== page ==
How KIRBY Found The Voice For ‘Swarm’ Pop Star Ni'Jah
The songwriter to the stars talks writing as Ni’Jah, and why she was explicitly told to not emulate Beyoncé.
For nearly all of Swarm, the show’s mega superstar Ni’Jah stays off screen. The fictional singer — whose massive pop cultural influence looms over the series and is not-so-subtly hinted to be a stand-in for Beyoncé — is instead seen, or rather heard, through her music. Viewers hear errant out-in-the-wild blasts of it from passing cars, through the isolating headphones of protagonist Dominique Fishback’s Dre, buzzed from the television speakers as a newly released “Festival” music video plays on the screen. Much like her real-world counterpart, Ni’Jah is simultaneously ubiquitous and not; everywhere and also nowhere.
This isn’t too surprising; Swarm, co-created and co-written by Donald Glover and Janine Nabers, is mostly about Dre, and the deadly parasocial relationship she forms around her beloved idol. On the show, the fictional superstar is played by actress Nirine S. Brown (Ruthless, Sprinter), but her voice comes from veteran songwriter and singer KIRBY, who’s written for real-life mega stars Rihanna, Ariana Grande, and yes, Beyoncé. It’s her voice we hear on the soulful, cosmopolitan, and swaggering original songs which help fill in the gaps of Ni’Jah’s place and presence in Swarm’s fictional world. It’s her voice that’s ostensibly magical and powerful enough to compel Dre into committing some truly heinous deeds. “I just need [the audience] to think, who's this girl that can sing? But also it's like, she's got bars,” Kirby tells NYLON of finding the voice for Ni’Jah. “She's saying crazy shit.”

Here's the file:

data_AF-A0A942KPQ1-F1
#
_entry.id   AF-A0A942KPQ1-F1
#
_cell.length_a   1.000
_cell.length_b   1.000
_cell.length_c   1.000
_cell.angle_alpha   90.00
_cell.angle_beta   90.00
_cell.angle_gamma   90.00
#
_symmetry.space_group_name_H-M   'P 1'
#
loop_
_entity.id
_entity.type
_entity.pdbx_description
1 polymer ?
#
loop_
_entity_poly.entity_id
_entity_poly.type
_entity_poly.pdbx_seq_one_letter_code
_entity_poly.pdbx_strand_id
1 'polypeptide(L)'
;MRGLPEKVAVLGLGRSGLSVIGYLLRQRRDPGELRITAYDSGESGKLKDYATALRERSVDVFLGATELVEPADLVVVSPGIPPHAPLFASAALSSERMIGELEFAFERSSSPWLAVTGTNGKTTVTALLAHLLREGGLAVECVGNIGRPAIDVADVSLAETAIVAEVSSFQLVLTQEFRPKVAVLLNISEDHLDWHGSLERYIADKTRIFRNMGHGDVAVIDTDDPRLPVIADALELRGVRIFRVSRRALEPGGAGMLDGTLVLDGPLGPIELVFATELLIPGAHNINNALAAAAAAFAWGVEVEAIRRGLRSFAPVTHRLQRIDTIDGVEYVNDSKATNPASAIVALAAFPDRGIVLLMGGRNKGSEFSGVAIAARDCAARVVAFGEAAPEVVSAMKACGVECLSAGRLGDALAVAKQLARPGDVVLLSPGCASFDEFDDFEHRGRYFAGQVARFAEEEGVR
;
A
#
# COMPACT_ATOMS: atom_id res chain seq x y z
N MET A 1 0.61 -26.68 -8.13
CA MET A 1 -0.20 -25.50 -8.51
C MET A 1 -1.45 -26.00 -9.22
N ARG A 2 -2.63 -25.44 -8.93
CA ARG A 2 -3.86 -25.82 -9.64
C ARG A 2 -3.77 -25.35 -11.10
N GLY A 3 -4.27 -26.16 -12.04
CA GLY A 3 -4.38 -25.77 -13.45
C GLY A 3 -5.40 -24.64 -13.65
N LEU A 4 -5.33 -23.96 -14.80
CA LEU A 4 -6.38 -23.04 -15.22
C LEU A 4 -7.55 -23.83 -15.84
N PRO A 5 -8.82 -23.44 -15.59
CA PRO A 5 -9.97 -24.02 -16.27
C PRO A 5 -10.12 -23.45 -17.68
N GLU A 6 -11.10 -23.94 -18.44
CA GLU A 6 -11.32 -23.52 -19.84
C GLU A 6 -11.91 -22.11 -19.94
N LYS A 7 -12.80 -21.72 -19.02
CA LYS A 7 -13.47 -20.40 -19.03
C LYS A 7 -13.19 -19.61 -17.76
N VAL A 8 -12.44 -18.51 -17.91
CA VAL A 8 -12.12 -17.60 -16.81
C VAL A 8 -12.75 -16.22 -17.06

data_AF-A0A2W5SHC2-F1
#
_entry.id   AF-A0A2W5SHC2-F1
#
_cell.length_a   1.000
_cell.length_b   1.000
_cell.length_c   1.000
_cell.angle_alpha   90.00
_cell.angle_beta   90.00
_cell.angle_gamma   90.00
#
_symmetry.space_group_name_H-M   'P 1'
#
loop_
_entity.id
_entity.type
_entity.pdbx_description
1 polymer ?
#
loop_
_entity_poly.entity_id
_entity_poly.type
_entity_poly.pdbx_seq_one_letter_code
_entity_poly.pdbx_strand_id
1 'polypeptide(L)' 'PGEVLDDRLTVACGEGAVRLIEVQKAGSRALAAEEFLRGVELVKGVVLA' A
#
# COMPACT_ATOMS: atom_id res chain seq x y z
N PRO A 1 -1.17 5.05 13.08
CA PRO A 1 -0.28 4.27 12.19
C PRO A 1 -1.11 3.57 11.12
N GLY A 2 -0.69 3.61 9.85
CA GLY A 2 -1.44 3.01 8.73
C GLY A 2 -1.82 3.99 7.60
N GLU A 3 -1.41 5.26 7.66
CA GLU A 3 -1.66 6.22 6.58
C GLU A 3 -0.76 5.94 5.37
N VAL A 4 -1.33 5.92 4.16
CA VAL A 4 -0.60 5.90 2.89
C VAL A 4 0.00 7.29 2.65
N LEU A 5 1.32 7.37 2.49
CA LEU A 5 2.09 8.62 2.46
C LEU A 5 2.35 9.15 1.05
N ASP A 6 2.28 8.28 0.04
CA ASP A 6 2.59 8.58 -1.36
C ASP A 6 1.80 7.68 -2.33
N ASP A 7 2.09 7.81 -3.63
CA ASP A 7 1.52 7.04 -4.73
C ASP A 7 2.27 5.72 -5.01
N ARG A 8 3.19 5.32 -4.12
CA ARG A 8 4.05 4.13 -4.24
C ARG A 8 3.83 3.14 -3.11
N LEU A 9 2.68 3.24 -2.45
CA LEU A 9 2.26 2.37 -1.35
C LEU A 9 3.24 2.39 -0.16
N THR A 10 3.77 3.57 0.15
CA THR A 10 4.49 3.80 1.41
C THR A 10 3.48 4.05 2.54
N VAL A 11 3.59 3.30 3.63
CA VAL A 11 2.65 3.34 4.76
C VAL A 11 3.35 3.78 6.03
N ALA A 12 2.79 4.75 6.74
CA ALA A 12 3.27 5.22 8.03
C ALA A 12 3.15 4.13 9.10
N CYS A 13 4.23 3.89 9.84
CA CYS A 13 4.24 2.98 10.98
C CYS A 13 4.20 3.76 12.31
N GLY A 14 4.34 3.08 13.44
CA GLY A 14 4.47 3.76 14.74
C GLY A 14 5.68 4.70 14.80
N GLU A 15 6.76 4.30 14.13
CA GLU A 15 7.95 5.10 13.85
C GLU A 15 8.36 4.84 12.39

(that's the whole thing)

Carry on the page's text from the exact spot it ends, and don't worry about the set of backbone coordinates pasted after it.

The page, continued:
Below, NYLON caught up with KIRBY to chat about how exactly she brought the fictional pop star’s catalog to life, why she was explicitly told to not emulate Beyoncé, and how a show about and starring Black women kept the same energy behind-the-scenes.
This interview has been edited for length and clarity. Light spoilers for ‘SWARM’ ahead.
How did you get involved with Swarm and become the voice of Ni'Jah?
I have to give all credit to Michael [Uzowuru], who produced and did the score. He's the homie from way back, and he just dropped my name in a room with Fam [Udeorji, Donald Glover’s manager], and was like, “You guys need a girl that can sing, and also do a little rapping.” He ended up texting me, like, “Kirby, I got this show I think you would be dope for.” I just went into it very blindly. I think what made me really want to do it is just Michael and Fam are just really great people to work with, and I was like, “Okay, if we can have this much fun in a studio session, I don't care what we're working on.”
What did they tell you about the character Ni'Jah, and what did you know about the show?
I knew so little. They would say, “Hey, we need a song for the scene when she's mopping up the blood,” [and] I haven't even seen that episode. I just remember watching it in the studio and they were like, “All right, here's the temp music, but we kind of need something that's going to work for this.” Michael would just have these really fire beats that were fun. I kept questioning, “Do I have this much freedom? Are you guys sure I can just write what I want to write? I can become the character?” I think that was why it was so much fun, because it wasn't a lot of pressure. They didn't tell me, “Ni’Jah has to be this way. Ni’Jah can't say this.” We would just choose the music and be like, “All right, I rock with this. This is hot. Let me just do the top line.” So I went in as an artist.
I think that's why we were able to get some authentic songs for her, because they weren't trying to make her be anything. I could create an artist. I went in blindly, but also with complete freedom of what we wanted her to say, what we wanted her to feel like. I had no rules.
Watching the show, it’s pretty obvious that Ni'Jah's the stand-in for a Beyoncé figure. Was Beyoncé’s name ever mentioned?